The investments are masked as advance payments on future discounts. However, why would one have to buy discounts, when in the undoubtedly soon coming phase 3 everyone gets free cashback cards and will get all these discounts for free? The answer to that question is rather simple. What Lyoness is selling here is not discounts, but the right to enroll new, 2000 euro paying, members, who in turn would do the same - generating more turnover, resulting in more positions in the position system, of which the first in line would benefit. Thus, a pyramid scheme.

Official Lyoness Presentation USA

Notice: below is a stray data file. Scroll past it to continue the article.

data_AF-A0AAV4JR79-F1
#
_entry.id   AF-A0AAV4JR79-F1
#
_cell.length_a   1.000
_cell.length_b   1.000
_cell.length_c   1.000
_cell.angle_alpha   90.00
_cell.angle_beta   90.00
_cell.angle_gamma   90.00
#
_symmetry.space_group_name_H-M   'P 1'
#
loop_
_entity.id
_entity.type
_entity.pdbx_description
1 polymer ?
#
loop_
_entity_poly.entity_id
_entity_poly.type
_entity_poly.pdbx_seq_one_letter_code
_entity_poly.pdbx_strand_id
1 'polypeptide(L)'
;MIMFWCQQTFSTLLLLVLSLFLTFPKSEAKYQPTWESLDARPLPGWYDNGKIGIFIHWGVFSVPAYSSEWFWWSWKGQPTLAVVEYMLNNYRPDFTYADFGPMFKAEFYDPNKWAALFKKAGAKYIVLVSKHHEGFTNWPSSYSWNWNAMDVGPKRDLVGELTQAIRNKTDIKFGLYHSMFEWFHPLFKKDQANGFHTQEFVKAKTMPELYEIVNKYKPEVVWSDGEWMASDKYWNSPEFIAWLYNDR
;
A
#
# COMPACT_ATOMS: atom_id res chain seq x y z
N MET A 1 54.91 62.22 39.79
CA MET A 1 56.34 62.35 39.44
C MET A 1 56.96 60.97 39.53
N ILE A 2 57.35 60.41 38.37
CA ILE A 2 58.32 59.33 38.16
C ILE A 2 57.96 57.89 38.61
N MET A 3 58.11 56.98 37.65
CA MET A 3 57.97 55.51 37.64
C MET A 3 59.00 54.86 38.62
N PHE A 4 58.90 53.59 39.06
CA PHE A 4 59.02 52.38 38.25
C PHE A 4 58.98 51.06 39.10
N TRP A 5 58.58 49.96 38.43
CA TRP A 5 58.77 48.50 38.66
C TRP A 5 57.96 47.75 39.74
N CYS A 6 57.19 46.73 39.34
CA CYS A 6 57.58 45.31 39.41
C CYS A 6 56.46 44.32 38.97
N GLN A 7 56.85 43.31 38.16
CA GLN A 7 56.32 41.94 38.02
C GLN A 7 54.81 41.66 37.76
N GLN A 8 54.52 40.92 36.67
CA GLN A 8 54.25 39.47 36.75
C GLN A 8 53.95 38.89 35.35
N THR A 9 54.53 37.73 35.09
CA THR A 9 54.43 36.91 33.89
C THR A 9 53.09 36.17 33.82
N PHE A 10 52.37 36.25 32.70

While confronted with these allegations, Lyoness adherents (instructed by their leaders) would typically pull out the big guns immediately. Countless reasons were brought to the table to divert the attention from the obviously controversial parts of the Lyoness business model. Firstly, the incredible amount of partnerships with huge corporations would be mentioned. As all these large companies all have excellent legal divisions, there is no way they would do business with Lyoness if it was in some way not legitimate. However, companies generally do not care so much who gives away or sells discounts on their products or services. Additionally, a large amount of the concerned companies had never even heard of Lyoness, or was at least unfamiliar with their business model, as they had been trading through a 'third party'. Also, unlike the major corporations featured on the slides of the Lyoness presentation and website, small and medium-size enterprises would have to become a 'premium member' (i.e. pay 2000 euros) to be able to give discounts to other Lyoness members.